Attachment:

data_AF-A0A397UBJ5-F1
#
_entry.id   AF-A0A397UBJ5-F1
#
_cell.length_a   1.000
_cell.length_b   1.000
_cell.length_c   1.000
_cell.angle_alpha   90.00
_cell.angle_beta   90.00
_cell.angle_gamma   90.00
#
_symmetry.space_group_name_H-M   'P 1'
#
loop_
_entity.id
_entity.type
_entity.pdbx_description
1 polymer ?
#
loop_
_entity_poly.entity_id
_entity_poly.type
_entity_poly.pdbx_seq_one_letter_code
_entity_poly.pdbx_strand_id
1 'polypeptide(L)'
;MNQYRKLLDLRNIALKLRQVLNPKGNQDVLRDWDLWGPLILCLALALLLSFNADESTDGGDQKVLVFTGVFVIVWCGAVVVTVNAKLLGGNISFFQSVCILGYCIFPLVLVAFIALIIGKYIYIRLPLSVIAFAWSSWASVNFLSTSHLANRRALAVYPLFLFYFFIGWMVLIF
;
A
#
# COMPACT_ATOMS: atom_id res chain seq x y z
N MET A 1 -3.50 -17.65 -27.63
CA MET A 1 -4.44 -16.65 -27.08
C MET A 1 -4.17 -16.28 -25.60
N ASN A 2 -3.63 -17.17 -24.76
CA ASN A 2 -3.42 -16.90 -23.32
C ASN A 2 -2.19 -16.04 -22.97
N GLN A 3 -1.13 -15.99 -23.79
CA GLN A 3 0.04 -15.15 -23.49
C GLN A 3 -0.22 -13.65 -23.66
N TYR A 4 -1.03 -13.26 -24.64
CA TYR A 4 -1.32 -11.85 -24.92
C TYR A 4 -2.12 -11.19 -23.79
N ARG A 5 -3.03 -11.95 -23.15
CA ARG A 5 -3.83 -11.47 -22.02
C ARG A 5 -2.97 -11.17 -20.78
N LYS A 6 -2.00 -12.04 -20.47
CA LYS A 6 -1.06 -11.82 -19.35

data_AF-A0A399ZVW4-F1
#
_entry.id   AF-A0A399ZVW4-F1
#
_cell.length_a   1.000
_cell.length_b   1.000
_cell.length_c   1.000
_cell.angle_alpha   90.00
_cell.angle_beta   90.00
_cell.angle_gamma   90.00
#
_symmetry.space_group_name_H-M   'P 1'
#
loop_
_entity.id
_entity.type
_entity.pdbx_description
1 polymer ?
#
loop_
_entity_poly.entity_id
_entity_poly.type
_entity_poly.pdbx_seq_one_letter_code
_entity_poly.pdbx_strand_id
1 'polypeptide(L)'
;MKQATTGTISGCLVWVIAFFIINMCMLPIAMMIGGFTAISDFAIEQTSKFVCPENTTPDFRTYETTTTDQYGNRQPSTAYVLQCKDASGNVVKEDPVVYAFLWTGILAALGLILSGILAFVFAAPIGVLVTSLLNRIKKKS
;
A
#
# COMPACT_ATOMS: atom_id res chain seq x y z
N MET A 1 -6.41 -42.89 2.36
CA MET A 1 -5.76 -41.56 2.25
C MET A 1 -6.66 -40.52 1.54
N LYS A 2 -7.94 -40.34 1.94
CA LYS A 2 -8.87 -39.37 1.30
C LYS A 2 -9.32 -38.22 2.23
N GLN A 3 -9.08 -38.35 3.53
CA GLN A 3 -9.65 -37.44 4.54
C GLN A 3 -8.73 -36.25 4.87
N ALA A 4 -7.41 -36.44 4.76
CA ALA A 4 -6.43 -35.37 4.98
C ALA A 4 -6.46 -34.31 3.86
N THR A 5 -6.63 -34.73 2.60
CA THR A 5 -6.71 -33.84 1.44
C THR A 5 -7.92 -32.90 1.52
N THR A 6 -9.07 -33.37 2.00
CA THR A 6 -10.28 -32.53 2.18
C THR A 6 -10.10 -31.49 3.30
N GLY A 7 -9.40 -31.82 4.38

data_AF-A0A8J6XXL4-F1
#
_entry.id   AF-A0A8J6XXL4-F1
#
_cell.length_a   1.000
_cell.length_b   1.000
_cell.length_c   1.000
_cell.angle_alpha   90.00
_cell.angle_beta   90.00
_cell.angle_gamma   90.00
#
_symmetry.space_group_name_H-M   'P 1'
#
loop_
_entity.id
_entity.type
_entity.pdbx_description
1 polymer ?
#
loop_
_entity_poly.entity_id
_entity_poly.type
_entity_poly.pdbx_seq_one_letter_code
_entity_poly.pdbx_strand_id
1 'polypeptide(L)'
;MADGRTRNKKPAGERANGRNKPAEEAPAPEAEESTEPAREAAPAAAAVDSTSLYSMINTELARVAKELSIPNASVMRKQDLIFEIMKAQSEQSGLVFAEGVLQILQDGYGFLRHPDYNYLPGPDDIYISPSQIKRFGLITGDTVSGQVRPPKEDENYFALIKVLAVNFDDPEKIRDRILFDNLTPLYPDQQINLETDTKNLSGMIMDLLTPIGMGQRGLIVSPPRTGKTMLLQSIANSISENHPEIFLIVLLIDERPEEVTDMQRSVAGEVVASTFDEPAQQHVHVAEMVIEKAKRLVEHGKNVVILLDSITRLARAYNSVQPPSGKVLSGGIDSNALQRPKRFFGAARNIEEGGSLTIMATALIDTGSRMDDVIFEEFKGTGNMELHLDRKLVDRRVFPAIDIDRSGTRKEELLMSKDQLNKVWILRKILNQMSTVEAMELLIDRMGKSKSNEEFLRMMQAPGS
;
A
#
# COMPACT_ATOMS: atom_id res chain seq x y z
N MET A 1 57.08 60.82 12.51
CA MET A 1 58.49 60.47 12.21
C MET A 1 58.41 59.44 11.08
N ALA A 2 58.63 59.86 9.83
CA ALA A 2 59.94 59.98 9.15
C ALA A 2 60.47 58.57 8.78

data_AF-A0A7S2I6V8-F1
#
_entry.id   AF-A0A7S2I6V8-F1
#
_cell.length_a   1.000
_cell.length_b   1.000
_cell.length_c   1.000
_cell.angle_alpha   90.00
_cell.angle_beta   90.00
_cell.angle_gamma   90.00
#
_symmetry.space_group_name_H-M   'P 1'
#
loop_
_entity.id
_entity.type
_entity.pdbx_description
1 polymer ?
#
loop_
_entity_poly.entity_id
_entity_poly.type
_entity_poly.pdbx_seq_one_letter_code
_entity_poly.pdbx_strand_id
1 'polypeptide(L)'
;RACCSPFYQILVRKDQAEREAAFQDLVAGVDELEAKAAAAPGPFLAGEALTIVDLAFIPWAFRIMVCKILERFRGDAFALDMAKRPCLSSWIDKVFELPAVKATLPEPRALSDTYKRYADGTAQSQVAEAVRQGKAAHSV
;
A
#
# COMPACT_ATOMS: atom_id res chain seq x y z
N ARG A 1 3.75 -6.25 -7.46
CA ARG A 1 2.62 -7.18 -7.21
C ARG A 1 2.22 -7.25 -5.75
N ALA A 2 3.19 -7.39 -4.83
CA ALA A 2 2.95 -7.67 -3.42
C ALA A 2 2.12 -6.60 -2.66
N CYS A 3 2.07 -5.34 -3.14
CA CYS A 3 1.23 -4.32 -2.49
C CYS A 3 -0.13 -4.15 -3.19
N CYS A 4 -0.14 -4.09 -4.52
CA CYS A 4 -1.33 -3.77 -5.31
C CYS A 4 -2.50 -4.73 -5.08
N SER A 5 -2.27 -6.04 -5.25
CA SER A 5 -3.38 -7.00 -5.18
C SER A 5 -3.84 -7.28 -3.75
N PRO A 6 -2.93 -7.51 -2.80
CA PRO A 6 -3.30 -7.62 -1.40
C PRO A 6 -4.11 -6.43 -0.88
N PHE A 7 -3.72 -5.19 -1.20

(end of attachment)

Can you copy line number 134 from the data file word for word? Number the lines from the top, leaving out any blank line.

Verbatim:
#